Hayflick limit love

Definitions

from Wiktionary, Creative Commons Attribution/Share-Alike License

  • n. The number of times that a normal cell population will divide before it stops, presumably because the telomeres shorten to a critical length.

Etymologies

Named after Leonard Hayflick, who discovered it in 1961. (Wiktionary)

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  • "The Hayflick limit (or Hayflick Phenomenon) is the number of times a normal cell population will divide before it stops, presumably because the telomeres shorten to a critical length.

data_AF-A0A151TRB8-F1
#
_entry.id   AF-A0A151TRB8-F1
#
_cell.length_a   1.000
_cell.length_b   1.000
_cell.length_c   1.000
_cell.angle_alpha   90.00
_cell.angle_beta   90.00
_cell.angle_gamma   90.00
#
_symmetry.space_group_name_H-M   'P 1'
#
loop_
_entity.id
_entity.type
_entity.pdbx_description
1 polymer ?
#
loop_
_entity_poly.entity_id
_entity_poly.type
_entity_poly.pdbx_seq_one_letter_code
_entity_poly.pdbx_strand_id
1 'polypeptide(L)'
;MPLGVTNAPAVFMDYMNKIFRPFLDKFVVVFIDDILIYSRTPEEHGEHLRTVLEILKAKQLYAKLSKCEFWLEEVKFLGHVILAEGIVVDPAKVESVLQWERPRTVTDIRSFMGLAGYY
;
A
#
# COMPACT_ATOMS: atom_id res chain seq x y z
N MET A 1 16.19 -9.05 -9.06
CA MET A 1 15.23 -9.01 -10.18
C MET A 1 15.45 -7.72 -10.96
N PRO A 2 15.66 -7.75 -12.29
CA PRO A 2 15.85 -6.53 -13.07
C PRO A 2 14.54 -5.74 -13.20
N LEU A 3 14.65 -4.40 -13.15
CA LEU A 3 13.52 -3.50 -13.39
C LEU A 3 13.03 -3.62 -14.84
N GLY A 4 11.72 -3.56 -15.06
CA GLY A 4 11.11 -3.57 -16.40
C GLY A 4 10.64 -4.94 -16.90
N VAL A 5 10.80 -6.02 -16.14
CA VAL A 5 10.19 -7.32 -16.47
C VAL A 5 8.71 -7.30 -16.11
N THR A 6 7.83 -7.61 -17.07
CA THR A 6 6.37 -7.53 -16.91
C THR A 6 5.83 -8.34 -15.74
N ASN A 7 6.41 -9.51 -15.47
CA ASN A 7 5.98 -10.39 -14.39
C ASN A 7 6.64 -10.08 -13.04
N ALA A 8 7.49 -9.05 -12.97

The Hayflick limit was discovered by Leonard Hayflick in 1961, at the Wistar Institute, Philadelphia, when Hayflick demonstrated that a population of normal human fetal cells in a cell culture divide between 40 and 60 times. It then enters a senescence phase (refuting the contention by Alexis Carrel that normal cells are immortal). Each mitosis shortens the telomeres on the DNA of the cell. Telomere shortening in humans eventually makes cell division impossible, and it is presumed to correlate with aging. Maintenance of the length of the telomeric region appears to prevent genomic instability and the development of cancer."

    --Wikipedia (http://en.wikipedia.org/w/index.php?title=Hayflick_limit&oldid=505876870)

    August 16, 2012